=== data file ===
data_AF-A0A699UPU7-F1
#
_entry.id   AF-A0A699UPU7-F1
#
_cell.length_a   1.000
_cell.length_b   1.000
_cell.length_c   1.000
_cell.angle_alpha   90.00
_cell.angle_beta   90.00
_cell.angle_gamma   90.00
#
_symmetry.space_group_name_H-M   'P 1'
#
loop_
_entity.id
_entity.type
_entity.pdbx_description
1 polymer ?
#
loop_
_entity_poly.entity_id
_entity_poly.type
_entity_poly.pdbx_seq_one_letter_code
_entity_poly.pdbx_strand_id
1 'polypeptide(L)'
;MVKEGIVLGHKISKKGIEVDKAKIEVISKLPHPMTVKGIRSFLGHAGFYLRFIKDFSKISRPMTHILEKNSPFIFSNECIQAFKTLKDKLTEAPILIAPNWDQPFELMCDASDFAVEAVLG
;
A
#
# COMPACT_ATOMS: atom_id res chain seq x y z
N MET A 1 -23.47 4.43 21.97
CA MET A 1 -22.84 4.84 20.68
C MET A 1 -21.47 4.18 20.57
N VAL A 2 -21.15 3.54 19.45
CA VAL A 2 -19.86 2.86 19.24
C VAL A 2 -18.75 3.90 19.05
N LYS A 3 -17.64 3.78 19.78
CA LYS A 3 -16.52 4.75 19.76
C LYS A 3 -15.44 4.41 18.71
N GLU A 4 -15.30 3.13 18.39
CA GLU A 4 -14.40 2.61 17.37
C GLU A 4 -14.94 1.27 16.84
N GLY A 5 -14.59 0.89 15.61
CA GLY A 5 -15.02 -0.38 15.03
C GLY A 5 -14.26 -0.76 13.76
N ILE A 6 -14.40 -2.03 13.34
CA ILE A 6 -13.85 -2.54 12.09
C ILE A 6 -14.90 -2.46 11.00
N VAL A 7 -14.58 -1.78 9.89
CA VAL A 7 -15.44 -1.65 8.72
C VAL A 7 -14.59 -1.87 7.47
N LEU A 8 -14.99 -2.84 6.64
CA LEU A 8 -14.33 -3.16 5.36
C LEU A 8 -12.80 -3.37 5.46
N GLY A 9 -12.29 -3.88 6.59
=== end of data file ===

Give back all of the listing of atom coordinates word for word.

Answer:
data_AF-A0A699UPU7-F1
#
_entry.id   AF-A0A699UPU7-F1
#
_cell.length_a   1.000
_cell.length_b   1.000
_cell.length_c   1.000
_cell.angle_alpha   90.00
_cell.angle_beta   90.00
_cell.angle_gamma   90.00
#
_symmetry.space_group_name_H-M   'P 1'
#
loop_
_entity.id
_entity.type
_entity.pdbx_description
1 polymer ?
#
loop_
_entity_poly.entity_id
_entity_poly.type
_entity_poly.pdbx_seq_one_letter_code
_entity_poly.pdbx_strand_id
1 'polypeptide(L)'
;MVKEGIVLGHKISKKGIEVDKAKIEVISKLPHPMTVKGIRSFLGHAGFYLRFIKDFSKISRPMTHILEKNSPFIFSNECIQAFKTLKDKLTEAPILIAPNWDQPFELMCDASDFAVEAVLG
;
A
#
# COMPACT_ATOMS: atom_id res chain seq x y z
N MET A 1 -23.47 4.43 21.97
CA MET A 1 -22.84 4.84 20.68
C MET A 1 -21.47 4.18 20.57
N VAL A 2 -21.15 3.54 19.45
CA VAL A 2 -19.86 2.86 19.24
C VAL A 2 -18.75 3.90 19.05
N LYS A 3 -17.64 3.78 19.78
CA LYS A 3 -16.52 4.75 19.76
C LYS A 3 -15.44 4.41 18.71
N GLU A 4 -15.30 3.13 18.39
CA GLU A 4 -14.40 2.61 17.37
C GLU A 4 -14.94 1.27 16.84
N GLY A 5 -14.59 0.89 15.61
CA GLY A 5 -15.02 -0.38 15.03
C GLY A 5 -14.26 -0.76 13.76
N ILE A 6 -14.40 -2.03 13.34
CA ILE A 6 -13.85 -2.54 12.09
C ILE A 6 -14.90 -2.46 11.00
N VAL A 7 -14.58 -1.78 9.89
CA VAL A 7 -15.44 -1.65 8.72
C VAL A 7 -14.59 -1.87 7.47
N LEU A 8 -14.99 -2.84 6.64
CA LEU A 8 -14.33 -3.16 5.36
C LEU A 8 -12.80 -3.37 5.46
N GLY A 9 -12.29 -3.88 6.59